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Book of the Week: the orange balloon


Penny Harter had a reputation and extensive publishing credentials in “long poetry” before she came to haiku in the 1970s. This collection, from From Here Press (1980), gives a flavor of her earliest work.

You can read the entire book in the THF Digital Library.

All haiku in the Book of the Week Archive are selected by Tom Clausen, and are used with permission.

on the windowsill a tin can holding dirt
apartment roofs— rock strata  gleam in the rain
on the gallery wall below the calligraphy the child's footprint
a train whistle— your features shrink on the station wall
out the train window the night trees darker than the sky
only letting in the cat until the morning star
mountain thunder lightning between the stars
in prayer the blind man covers his eyes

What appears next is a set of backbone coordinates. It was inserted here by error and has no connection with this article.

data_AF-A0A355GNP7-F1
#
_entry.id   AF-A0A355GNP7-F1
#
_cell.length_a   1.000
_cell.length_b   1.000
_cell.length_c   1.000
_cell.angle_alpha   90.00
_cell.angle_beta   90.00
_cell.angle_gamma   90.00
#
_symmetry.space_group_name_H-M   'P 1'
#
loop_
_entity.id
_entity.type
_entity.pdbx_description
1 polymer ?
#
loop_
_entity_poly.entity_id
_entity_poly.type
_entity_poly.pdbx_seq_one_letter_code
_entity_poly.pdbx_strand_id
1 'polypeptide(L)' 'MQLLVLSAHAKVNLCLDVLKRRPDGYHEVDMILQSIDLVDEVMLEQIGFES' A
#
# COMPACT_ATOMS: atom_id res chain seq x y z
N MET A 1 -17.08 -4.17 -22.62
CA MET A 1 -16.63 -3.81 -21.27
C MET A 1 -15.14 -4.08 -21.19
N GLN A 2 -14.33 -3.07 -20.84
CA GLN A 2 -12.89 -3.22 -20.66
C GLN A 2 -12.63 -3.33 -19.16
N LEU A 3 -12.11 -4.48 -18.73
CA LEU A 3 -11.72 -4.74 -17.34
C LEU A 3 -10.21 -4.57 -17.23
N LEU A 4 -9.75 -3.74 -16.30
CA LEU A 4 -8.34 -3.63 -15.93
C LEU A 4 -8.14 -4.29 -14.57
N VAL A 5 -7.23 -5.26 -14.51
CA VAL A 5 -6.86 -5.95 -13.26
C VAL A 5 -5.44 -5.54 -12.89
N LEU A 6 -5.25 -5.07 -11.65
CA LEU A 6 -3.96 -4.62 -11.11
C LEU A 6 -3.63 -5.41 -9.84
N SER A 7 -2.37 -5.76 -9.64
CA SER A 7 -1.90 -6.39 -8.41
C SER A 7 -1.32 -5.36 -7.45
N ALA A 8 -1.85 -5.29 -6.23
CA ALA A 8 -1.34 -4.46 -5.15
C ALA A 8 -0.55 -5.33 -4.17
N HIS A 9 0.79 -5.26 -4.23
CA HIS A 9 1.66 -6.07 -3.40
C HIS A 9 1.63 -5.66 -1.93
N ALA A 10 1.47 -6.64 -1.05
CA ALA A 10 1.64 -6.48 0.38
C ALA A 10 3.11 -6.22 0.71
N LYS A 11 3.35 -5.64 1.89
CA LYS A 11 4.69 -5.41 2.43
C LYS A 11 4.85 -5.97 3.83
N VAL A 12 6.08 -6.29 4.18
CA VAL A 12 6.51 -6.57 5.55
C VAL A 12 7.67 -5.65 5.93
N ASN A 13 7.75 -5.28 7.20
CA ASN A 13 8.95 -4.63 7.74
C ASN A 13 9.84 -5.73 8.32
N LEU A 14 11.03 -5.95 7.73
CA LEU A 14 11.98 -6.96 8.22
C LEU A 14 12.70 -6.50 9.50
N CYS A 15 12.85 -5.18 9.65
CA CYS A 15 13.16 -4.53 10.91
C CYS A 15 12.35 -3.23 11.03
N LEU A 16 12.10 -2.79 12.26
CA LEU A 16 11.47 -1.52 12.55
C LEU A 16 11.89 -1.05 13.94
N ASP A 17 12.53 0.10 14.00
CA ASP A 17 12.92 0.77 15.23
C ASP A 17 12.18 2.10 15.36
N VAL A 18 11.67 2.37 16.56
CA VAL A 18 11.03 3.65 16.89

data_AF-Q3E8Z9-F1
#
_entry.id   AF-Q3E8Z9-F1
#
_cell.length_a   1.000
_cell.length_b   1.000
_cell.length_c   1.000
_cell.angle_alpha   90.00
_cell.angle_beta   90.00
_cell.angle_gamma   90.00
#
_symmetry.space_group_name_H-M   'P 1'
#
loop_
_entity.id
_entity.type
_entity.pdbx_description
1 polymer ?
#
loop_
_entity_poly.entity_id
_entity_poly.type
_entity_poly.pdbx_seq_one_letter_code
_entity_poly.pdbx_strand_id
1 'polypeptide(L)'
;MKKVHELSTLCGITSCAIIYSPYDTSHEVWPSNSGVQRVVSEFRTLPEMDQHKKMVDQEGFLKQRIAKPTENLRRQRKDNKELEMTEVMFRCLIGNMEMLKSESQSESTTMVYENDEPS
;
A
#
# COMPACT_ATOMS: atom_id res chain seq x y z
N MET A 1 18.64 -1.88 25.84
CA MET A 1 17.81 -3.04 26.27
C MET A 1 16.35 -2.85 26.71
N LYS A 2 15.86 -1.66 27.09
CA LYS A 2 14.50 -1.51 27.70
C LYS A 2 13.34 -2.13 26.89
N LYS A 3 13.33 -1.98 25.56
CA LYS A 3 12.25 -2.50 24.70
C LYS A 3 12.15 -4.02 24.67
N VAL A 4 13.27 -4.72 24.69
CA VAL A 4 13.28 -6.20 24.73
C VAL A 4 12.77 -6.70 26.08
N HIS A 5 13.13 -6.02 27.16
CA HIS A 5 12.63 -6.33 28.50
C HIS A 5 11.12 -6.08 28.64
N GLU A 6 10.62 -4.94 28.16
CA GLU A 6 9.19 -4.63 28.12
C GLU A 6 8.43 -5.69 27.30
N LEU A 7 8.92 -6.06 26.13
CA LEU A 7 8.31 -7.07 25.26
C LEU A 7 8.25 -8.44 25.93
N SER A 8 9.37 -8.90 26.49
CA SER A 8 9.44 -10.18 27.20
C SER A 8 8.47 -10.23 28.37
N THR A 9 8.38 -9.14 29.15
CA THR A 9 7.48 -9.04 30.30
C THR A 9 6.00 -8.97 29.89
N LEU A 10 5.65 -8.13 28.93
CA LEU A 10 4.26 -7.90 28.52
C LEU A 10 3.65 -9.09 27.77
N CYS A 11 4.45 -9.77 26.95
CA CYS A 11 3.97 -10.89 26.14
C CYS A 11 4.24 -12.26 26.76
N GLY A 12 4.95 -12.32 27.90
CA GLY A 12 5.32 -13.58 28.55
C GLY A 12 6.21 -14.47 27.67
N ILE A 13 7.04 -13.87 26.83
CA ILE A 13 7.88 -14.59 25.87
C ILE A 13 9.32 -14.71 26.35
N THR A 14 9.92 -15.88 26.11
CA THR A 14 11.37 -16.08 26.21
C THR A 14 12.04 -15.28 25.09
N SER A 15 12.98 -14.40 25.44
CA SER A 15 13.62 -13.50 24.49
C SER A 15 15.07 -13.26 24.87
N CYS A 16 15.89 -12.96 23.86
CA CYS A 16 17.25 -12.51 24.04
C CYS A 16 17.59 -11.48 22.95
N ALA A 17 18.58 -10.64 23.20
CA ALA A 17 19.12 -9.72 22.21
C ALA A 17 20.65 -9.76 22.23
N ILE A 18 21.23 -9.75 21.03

after the snowplow the white line again
under the old car oil puddles ripple in the winter wind
the old doll her mama box broken to half a cry
the dead bird's wing flutters in the wind of passing cars
shaving her legs the razor nicks a mosquito bite
she smooths the uncreased pillow by her side
the child's orange balloon stopped by the ceiling
on the padlock snow melting

This Post Has 7 Comments

  1. We don’t often witness lyricism that expands beyond the minimalism of the form within the English-language cadre, but we are gifted in good measure with Penny Harter’s collection.

    missing you—
    the cry of the peacock
    in his pen

    Wonderful work.

    Alan, With Words

  2. Sublime. It is as tho’ Chiyo-ni has returned to us…Harter-san’s haiku are magical and profound. I am a big fan.


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